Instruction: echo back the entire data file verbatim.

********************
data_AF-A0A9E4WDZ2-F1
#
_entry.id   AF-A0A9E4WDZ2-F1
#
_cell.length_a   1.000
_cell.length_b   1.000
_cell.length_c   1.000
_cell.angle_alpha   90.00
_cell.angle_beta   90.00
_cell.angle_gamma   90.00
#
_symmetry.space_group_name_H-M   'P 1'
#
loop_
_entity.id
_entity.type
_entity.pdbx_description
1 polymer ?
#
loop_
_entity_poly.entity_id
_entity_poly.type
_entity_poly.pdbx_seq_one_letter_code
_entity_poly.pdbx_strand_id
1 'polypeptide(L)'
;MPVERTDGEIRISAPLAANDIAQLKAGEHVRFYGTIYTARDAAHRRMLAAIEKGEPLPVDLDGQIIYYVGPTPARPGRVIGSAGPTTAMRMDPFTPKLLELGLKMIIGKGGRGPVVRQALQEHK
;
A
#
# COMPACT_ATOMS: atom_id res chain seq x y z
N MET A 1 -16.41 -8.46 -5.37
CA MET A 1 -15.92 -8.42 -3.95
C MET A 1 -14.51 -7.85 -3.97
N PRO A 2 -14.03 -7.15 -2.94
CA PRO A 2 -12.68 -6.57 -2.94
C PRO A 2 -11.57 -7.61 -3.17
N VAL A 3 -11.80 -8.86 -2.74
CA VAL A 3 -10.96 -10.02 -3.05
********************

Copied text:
data_AF-A0A9E4WDZ2-F1
#
_entry.id   AF-A0A9E4WDZ2-F1
#
_cell.length_a   1.000
_cell.length_b   1.000
_cell.length_c   1.000
_cell.angle_alpha   90.00
_cell.angle_beta   90.00
_cell.angle_gamma   90.00
#
_symmetry.space_group_name_H-M   'P 1'
#
loop_
_entity.id
_entity.type
_entity.pdbx_description
1 polymer ?
#
loop_
_entity_poly.entity_id
_entity_poly.type
_entity_poly.pdbx_seq_one_letter_code
_entity_poly.pdbx_strand_id
1 'polypeptide(L)'
;MPVERTDGEIRISAPLAANDIAQLKAGEHVRFYGTIYTARDAAHRRMLAAIEKGEPLPVDLDGQIIYYVGPTPARPGRVIGSAGPTTAMRMDPFTPKLLELGLKMIIGKGGRGPVVRQALQEHK
;
A
#
# COMPACT_ATOMS: atom_id res chain seq x y z
N MET A 1 -16.41 -8.46 -5.37
CA MET A 1 -15.92 -8.42 -3.95
C MET A 1 -14.51 -7.85 -3.97
N PRO A 2 -14.03 -7.15 -2.94
CA PRO A 2 -12.68 -6.57 -2.94
C PRO A 2 -11.57 -7.61 -3.17
N VAL A 3 -11.80 -8.86 -2.74
CA VAL A 3 -10.96 -10.02 -3.05